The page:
My grandmother was French, and so is this simple, but rich
cake. Those of you who have been to France, may have seen it sold in gift shops
as "Galette de Bretagne." This is just right, when cut in small slices and
toasted to have with a cup of tea.
7 egg yolks
1 1/4 cups superfine granulated sugar
1 cup unsalted butter - melted and allowed to cool slightly (no substitutions)
1/4 teaspoon salt
1 teaspoon vanilla extract
2 cups cake flour
Preheat oven to 325 F. Butter and flour a 9 inch spring form pan.
In a large bowl, beat the 6 egg yolks and sugar until thick and pale (1-2
minutes). If you have an electric mixer, use it, because this step, which is
called "forming a ribbon" will wear out your arm. You have beaten it enough when
the mixture forms a ribbon from the beater, when lifted out of it. Slowly whisk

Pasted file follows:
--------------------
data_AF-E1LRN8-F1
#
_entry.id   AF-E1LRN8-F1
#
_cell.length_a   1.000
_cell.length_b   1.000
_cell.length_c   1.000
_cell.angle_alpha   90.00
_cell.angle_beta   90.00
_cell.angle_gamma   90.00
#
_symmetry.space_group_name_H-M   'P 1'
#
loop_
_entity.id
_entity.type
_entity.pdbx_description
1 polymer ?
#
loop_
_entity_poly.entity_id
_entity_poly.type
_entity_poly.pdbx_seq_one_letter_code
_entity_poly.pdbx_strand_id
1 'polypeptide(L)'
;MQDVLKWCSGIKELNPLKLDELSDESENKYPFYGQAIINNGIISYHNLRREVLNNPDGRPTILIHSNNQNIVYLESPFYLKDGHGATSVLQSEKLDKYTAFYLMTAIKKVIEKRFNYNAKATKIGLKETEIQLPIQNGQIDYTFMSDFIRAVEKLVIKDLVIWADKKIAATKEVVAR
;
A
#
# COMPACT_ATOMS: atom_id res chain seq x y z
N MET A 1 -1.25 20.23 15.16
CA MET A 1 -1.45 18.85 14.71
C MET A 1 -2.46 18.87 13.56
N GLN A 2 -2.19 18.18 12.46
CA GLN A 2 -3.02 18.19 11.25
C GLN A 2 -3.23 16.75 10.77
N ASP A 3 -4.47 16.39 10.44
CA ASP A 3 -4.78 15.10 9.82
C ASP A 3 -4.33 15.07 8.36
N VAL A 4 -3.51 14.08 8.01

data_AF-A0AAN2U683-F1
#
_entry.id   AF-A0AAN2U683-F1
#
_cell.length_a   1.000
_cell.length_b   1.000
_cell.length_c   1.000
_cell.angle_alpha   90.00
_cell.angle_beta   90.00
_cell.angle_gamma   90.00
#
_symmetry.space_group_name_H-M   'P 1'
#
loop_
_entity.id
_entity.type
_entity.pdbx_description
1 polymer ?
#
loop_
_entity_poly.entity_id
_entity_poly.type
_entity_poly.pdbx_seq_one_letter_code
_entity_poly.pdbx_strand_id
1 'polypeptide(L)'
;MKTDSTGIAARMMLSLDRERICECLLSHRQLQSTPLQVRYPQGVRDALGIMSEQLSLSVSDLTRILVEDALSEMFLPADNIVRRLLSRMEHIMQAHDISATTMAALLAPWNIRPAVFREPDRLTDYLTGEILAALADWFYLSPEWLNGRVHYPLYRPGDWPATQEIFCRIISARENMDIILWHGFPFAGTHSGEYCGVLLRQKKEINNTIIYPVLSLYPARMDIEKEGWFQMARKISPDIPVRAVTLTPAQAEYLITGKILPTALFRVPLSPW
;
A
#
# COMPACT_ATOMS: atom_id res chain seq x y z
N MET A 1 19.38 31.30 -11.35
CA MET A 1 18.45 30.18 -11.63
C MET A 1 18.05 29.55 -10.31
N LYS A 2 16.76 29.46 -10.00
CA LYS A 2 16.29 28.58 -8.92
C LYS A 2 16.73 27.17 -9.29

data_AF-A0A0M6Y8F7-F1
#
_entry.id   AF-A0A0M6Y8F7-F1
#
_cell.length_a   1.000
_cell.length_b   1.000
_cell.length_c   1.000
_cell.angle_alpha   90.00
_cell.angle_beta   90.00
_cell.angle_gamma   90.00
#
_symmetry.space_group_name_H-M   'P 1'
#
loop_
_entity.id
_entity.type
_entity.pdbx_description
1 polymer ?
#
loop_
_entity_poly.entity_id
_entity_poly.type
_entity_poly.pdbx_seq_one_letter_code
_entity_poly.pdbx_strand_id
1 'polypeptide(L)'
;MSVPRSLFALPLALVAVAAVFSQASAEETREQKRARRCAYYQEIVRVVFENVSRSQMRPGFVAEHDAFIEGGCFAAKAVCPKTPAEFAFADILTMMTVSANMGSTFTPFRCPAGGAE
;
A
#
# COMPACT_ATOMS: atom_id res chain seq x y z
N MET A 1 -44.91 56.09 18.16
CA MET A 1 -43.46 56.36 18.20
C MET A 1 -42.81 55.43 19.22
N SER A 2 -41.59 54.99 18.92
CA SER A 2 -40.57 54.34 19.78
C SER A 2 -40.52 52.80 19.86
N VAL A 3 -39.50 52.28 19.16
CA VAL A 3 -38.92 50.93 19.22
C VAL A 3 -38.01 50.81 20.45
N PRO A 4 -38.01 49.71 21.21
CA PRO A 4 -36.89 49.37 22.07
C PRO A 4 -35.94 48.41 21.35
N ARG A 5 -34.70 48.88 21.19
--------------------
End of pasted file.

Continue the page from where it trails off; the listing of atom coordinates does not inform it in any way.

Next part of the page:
in the melted butter and vanilla. Add the flour, stirring only until combined.
Do not beat the dough, or too much gluten will form and toughen the cake. Turn
the dough into the pan, and smooth the top. Using the tines of a fork, make a
crisscross pattern on the dough surface, then brush with the remaining egg yolk
mixed with 2 teaspoons of water.
Bake for a bit under an hour, until the cake is golden, and pulls slightly away
from the sides of the pan. Cool thoroughly before serving.
2002 Eddy Robey
Excerpts from It's Not Just Chicken Soup.
hosted by the Gantseh Megillah
to the recipe list.